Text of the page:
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Live Reviews

Umberto Petrin / Pheeroan akLaaf Duo: Clusone, Italy, July 21, 2012

By Published: August 3, 2012
The drums dominated as Petrin accompanied with low-register sounds, punctuated by crisp mid-range chords and lightning-speed left-hand runs. Suddenly a cymbal crash indicated a coda. Repeated synchronized hits on piano and drums were followed by a lengthy, sustained frenzy between the two players, Petrin comping left-hand chords and soloing overtop, but favoring always the low end of the keyboard. There were four more synchronized hits and a long trill that faded out naturally. A little over fifteen minutes for the first tune.



The second began as a solo piano ballad, Petrin playing broken arpeggios contrapuntally in both hands, while akLaaf contemplated with closed eyes in silent meditation for a while, before joining in with mallets. Slowly, this beautiful ballad revealed itself to be Thelonious Monk's " 'Round Midnight." Petrin played unusual but attractively disembodied harmonies, like something you might hear from pianists Borah Bergman or Ran Blake
Ran Blake
Ran Blake
b.1935
piano
. AkLaaf switched to brushes and just as quickly altered the mood by playing several thundering bashes with sticks.

So went the first two "A" sections of the tune, changing to improvisation on the bridge, no longer following the structure of the harmony or melody. The improvised conversation ended by Petrin recognizably playing the last two measures of the bridge, in time, then playing single-note runs followed by harmonized fragments of the melody. AkLaaf conjured up dramatic change with a polyrythmic groove that caused the listener to hear two distinctly separate voices, as if piano and drums were playing two different tunes. The contrast worked beautifully.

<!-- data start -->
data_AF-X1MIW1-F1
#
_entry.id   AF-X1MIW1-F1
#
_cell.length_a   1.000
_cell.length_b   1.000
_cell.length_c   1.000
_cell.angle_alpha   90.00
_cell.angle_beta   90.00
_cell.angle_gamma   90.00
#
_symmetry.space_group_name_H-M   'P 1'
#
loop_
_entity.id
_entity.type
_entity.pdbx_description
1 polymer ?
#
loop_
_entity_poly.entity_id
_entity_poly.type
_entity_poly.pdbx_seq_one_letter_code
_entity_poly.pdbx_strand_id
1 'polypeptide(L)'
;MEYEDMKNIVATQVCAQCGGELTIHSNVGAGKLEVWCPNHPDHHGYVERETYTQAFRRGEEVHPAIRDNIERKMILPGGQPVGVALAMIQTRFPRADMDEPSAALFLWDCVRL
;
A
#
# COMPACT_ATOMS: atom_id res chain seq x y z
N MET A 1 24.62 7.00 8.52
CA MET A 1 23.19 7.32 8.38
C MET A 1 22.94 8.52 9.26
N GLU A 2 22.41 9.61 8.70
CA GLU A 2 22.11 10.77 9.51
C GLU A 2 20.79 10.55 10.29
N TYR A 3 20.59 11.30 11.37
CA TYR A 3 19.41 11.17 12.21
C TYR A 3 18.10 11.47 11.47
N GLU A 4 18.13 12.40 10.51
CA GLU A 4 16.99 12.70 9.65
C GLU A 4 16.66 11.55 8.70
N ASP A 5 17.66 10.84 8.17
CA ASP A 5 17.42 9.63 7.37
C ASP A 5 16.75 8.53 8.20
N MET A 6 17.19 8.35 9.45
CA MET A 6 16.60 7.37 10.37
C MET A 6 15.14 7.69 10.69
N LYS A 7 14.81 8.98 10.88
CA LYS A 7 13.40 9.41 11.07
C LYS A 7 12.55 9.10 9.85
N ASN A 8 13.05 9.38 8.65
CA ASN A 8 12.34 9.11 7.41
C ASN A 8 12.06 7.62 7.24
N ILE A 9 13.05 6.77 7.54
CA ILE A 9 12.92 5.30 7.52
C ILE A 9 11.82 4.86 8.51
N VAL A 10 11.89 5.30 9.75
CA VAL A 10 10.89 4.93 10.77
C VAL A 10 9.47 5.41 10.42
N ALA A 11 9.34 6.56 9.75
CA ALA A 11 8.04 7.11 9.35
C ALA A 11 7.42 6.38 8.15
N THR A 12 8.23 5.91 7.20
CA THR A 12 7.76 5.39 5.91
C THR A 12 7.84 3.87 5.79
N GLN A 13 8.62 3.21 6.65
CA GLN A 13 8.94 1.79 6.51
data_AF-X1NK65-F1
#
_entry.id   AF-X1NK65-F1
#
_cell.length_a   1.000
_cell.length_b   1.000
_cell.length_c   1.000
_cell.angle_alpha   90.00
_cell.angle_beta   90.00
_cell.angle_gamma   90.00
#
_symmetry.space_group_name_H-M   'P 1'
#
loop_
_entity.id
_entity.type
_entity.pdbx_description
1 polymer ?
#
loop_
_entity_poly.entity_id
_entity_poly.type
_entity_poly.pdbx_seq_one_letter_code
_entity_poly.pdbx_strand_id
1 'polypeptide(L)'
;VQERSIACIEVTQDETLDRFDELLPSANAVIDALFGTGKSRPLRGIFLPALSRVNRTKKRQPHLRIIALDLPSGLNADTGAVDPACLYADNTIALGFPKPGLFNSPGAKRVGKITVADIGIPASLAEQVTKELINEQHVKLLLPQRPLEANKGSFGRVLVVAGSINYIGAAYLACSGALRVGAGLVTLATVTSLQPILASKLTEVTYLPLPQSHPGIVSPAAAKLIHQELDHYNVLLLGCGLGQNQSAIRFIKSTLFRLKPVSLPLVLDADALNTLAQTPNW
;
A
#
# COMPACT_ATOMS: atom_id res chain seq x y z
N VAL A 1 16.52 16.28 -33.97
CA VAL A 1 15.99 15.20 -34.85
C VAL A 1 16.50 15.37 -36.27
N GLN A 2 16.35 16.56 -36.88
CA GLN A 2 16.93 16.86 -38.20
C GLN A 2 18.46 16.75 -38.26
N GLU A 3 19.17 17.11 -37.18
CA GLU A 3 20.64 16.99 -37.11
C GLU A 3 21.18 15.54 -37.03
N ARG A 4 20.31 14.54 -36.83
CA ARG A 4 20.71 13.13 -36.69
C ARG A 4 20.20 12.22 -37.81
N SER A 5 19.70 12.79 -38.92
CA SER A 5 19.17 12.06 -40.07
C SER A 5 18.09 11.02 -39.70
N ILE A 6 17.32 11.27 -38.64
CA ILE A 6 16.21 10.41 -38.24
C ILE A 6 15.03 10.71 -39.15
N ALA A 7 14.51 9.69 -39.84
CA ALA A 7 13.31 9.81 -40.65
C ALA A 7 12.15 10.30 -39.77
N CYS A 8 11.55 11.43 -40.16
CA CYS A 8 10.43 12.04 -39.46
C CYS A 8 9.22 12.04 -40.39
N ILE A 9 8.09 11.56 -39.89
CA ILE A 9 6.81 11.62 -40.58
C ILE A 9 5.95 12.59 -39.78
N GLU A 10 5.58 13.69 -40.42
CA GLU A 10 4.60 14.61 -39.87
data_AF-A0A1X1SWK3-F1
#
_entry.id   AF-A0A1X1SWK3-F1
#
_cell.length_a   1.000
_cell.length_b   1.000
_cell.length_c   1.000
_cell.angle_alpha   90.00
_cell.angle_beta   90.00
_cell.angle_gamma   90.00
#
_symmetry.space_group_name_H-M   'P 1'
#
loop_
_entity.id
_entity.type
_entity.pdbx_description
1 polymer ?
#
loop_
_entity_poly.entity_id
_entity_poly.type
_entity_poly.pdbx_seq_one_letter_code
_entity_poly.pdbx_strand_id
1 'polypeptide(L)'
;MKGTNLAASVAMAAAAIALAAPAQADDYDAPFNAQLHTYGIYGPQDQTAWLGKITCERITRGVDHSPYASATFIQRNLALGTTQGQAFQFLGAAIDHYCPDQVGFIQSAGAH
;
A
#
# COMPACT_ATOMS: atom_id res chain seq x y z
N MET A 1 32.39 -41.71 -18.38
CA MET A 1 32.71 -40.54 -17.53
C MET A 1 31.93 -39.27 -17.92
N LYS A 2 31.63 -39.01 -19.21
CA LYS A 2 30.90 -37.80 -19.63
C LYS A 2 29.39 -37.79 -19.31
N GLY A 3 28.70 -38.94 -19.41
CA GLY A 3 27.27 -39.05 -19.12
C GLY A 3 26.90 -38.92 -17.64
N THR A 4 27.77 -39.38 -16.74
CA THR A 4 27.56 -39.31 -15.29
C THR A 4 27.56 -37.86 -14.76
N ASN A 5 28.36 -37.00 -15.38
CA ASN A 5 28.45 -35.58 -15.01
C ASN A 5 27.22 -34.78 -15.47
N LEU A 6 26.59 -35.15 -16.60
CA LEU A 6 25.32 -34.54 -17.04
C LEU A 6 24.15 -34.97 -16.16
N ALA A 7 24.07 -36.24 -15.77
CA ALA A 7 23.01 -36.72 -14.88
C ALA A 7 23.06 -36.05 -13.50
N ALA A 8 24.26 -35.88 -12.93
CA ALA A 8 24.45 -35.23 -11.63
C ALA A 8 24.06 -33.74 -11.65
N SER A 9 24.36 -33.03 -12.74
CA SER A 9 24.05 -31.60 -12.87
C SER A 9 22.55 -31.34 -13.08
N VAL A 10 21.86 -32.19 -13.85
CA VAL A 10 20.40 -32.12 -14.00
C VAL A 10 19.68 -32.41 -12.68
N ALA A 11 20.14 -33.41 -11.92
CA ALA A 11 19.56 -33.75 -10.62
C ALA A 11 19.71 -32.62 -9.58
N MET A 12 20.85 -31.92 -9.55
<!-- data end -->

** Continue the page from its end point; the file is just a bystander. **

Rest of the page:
Suddenly, more thundering hits from akLaaf turned into a funk groove, a moment of free improvisation, and a quick shift back to Petrin, who once again clearly defined Monk's harmony on the last two bars of the bridge. The last "A" section was played delicately in time while akLaaf dissolved imperceptibly into empty space, leaving the ending to solo piano.

The third piece featured another Monk composition, "San Francisco Holiday." After playing the melody, Petrin stood up and moved to the side and leaving the stage to akLaaf, who played a frenzied solo over a constant, hypnotic high-hat beat on 2 and 4, in the vein of Art Blakey. When Petrin re-entered, his percussive approach melded with the drummer's groove to make it swing like Monk.

The set ended at just over 35 minutes but not without an enthusiastic call for an encore. The two quickly returned and Petrin began slowly improvising thematic motifs from Monk's "Misterioso." Normally a B-flat blues, this version was seriously deconstructed. The original melody slowly took form, accelerating gradually into tempo with akLlaaf moving the pulse forward. Petrin's solo was a contrapuntal beauty as he shadowed a liberal interpretation of the melody in his left hand, using his right elbow for chords while improvising single-note lines with the fingers of the right hand. If Monk wrote a suite for J.S. Bach, it might sound like this. An excellent version and worthy of the name "Misterioso," akLaaf played to the beat of a different drummer again, offering another level of rhythmic counterpoint until both players united together in a perfect ending.



The Petrin-akLaaf duo is pairing of equals that demonstrates the spirit of creative music in a most convincing manner. Not that the performance was too short, but this concert was a good example of a set that you wish would have lasted longer.

Photo Credit

Luciano Rossetti


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